I read and reread the Essay in the New York Times Book Review this Sunday, in which Haruki Murakami talks about becoming a writer and the influence of jazz.
"Whether in music or in fiction, the most basic thing is rhythm. Your style needs to have a good, natural, steady rhythm... Next comes melody -- which, in literature, means the appropriate arrangement of words to match the thythm." He says his style is as deeply influenced by Charlie Parker as F. Scott Fitzgerald, by Miles Davis, by Thelonious Monk.
When I write, I prefer silence, or indeed, jazz. I can listen to U2, of all bands, as long as I don't pay attention to the lyrics, letting sound flow in the background. (My daughter, peeking over my shoulder, asked why I don't mention The Who, her favorite band. There, I did, but I can't write to them.) I like complicated music when I write, if I listen at all, but it needs to be on low and it needs to be such that I can choose not to pay attention to its complexity, instead allowing the whole to wash over me.
When I am not writing, I still love jazz and blues and rock. And folk. And classical. I like music played by the person who wrote it. Take the rock genre alone. I love James Taylor and Bonnie Raitt. I love John Mayer and Aerosmith, The Who, KT Tunstall, Miles Davis, Dixie Chicks, Tom Petty, David Bowie, The Beatles, Brian Wilson, Annie Lennox, Bob Dylan, the Fray, Dave Matthews, Stevie Nicks and the Red Hot Chili Peppers. I love musicians who string together more than notes, adding in the poetry of lyrics.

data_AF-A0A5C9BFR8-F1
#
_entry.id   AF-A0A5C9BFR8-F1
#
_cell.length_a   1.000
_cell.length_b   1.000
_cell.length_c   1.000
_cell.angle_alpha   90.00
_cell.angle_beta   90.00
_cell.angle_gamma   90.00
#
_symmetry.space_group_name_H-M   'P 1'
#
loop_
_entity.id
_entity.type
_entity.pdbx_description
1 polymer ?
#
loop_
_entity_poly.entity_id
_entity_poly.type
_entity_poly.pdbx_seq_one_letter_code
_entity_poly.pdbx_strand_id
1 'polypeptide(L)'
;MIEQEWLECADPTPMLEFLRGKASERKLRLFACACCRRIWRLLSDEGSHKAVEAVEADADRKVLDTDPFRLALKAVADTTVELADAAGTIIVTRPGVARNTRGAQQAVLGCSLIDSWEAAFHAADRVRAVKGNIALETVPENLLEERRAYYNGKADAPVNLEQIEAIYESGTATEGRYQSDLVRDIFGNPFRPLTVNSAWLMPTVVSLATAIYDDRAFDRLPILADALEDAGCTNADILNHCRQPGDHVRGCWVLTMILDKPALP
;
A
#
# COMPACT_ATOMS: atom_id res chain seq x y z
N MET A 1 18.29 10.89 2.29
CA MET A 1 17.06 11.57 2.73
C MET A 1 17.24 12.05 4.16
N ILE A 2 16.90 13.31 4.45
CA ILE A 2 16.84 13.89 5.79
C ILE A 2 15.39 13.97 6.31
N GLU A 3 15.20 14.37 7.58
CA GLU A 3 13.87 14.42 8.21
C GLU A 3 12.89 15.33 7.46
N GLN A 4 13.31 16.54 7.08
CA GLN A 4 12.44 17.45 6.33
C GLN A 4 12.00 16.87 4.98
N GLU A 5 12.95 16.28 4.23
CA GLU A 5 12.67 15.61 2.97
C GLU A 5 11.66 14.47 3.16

I once thought that if you wanted to teach children who "hate to write" to write, you would sit them down and ask what is on their iPods. What are the songs? What do they say? Write them out on a chalkboard or SmartBoard or a roll of poster paper. Wrap the room in words they love. Then you could throw in a poem, not letting them know it didn't come with a melody. Then slide in a short story. Use music to show them their world is filled with writers and words, tell them anyone can put them together, one by one. Ask them to write a line, to arrange words to match the rhythm of their lives, then to keep that rhythm steady, to keep it going. Just keep going.
Wednesday, July 11, 2007